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Sunday, January 19, 2020  Spokane, Washington  Est. May 19, 1883
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Event teaches kids, parents how to make math fun

Windsor Elementary’s fair included food, games and prizes

Parents and their children had an opportunity to learn how to make math fun last week at Windsor Elementary School.

The school’s parent-teacher organization sponsored the event that included dinner and math games such as a fraction game using pizza slices, or an interactive learning game called Quizdom which uses remote controls to answer questions and compete with other players.

Kay Aucutt, principal of the school, said the event helps parents support their children at home – each family took home a math tool kit that included rulers, playing cards and a clock.

She said making the activities fun for families takes away a lot of fear that many people have regarding math. She said that many adults tend to say, “I don’t do math,” but rarely do you hear them say, “I don’t do reading.” Programs like the math fair are meant to change that mindset.

Aucutt said many parents have come to her after attending previous math fairs excited about the games the kids learned. “They said, ‘We played those games all summer when we were camping,’ ” Aucutt said.

After a dinner of submarine sandwiches prepared by nutrition services of the Cheney School District, students and parents moved through the library, community room, gymnasium and computer lab to participate in games led by math students in Diane Dowd’s program at Eastern Washington University.

“It’s been very good to apply what we’ve learned in all our classes,” said Mallory Mielke, a junior at EWU majoring in education with a math minor.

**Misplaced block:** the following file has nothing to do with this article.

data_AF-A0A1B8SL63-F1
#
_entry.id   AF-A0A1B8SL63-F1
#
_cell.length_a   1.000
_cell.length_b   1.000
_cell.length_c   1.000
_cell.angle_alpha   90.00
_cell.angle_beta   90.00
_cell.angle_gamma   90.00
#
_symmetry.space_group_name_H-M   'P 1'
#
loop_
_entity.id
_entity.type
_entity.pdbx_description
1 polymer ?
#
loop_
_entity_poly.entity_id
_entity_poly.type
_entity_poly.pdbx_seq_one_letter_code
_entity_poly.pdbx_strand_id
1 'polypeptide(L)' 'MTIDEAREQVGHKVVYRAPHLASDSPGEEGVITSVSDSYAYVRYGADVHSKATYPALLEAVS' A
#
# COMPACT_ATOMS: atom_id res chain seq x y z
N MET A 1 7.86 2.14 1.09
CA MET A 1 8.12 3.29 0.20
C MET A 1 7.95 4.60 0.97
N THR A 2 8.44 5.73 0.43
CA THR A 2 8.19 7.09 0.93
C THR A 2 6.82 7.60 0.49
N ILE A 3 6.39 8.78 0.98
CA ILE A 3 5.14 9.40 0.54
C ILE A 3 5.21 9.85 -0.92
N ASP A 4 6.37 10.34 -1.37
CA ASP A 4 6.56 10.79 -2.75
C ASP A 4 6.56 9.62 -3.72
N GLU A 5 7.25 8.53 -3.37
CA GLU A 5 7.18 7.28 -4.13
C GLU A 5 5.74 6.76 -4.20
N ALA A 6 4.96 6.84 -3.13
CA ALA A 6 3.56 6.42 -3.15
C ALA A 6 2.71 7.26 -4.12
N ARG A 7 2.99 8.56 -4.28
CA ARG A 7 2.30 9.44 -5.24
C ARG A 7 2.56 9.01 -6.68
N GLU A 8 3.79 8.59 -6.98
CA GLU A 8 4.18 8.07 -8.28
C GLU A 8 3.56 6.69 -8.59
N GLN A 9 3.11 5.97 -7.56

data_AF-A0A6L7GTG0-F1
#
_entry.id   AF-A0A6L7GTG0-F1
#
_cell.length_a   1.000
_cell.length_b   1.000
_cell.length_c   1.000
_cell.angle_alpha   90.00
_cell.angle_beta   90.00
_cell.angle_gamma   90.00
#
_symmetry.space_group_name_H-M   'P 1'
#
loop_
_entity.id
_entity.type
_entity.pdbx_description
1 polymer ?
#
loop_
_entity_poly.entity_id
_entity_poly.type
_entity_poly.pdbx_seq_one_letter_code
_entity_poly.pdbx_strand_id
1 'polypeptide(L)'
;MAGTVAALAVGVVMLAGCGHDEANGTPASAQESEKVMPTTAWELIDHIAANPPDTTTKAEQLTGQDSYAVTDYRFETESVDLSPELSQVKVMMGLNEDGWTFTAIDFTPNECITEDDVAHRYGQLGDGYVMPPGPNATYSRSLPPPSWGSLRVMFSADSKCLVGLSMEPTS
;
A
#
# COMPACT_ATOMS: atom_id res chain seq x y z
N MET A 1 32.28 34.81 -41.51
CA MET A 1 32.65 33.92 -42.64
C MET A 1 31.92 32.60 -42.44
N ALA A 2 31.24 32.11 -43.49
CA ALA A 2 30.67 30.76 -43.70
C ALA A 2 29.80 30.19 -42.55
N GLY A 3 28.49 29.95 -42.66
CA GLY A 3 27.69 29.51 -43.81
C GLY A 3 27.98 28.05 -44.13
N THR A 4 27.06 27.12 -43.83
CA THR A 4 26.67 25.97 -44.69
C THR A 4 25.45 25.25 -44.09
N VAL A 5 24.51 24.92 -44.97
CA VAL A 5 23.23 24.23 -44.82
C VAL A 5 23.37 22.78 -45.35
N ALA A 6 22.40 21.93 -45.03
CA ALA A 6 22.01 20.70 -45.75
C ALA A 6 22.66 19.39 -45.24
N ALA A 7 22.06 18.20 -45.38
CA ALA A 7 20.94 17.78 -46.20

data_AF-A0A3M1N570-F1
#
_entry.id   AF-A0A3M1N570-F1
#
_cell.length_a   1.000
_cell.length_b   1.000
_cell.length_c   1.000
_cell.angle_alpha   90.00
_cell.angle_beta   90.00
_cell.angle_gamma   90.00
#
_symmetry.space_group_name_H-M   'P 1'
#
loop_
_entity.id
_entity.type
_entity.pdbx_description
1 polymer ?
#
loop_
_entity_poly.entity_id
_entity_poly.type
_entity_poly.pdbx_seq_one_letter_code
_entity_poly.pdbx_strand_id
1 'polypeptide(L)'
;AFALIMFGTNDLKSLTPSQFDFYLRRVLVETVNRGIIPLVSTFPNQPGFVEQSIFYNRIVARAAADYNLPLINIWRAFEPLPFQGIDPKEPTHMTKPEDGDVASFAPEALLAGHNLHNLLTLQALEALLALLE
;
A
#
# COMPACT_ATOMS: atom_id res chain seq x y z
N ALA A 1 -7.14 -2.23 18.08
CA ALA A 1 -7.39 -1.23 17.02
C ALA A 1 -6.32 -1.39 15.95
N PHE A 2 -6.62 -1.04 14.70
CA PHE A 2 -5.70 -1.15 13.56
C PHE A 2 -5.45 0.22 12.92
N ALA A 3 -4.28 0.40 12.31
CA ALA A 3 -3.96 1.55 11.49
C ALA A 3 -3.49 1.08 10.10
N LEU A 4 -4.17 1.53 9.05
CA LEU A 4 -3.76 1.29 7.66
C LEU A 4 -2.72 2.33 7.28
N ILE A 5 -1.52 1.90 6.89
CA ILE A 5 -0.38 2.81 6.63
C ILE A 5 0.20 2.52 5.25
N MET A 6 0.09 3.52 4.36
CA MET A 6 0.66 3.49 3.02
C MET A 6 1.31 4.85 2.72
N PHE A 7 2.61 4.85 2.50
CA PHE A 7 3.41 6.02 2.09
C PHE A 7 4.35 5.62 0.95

The event was organized by Vince Songaylo, math coach at the school. Songaylo said that around 70 families came to the event and the school ran out of the 100 informational packets provided to its guests.

In the computer lab, Kathy Larsen, a paraprofessional at Windsor, set up the computers to math Web sites like www.mathcats.com and eduplace.com/kids/mw for kids at different grade levels to play around and learn.

“There’s just a whole variety of things that kids can play with,” she said.

“This is really fun that they do things like this,” Rhonda Hritsco said. Hritsco and her daughter, Mackenzie, 8, were in the computer lab playing different games. It was their first stop at the math fair – they were passing the room and thought it looked fun.

Spencer Hagel, a fifth-grader, played the pizza game, which taught students about fractions. His mother, Paulette, said she liked the Quizdom game in the gym and her son had a lot of fun with it.

“He was racing his cousin,” she said.

After the games were played, the school had a drawing for EWU T-shirts, dominoes, a free pizza, and games such as Monopoly, Life, Uno Attack and more.

It was a fun evening for the kids and their parents, who got a chance to mingle with other parents and spend time with their kids. “We want to bring it home to kids,” Aucutt said.

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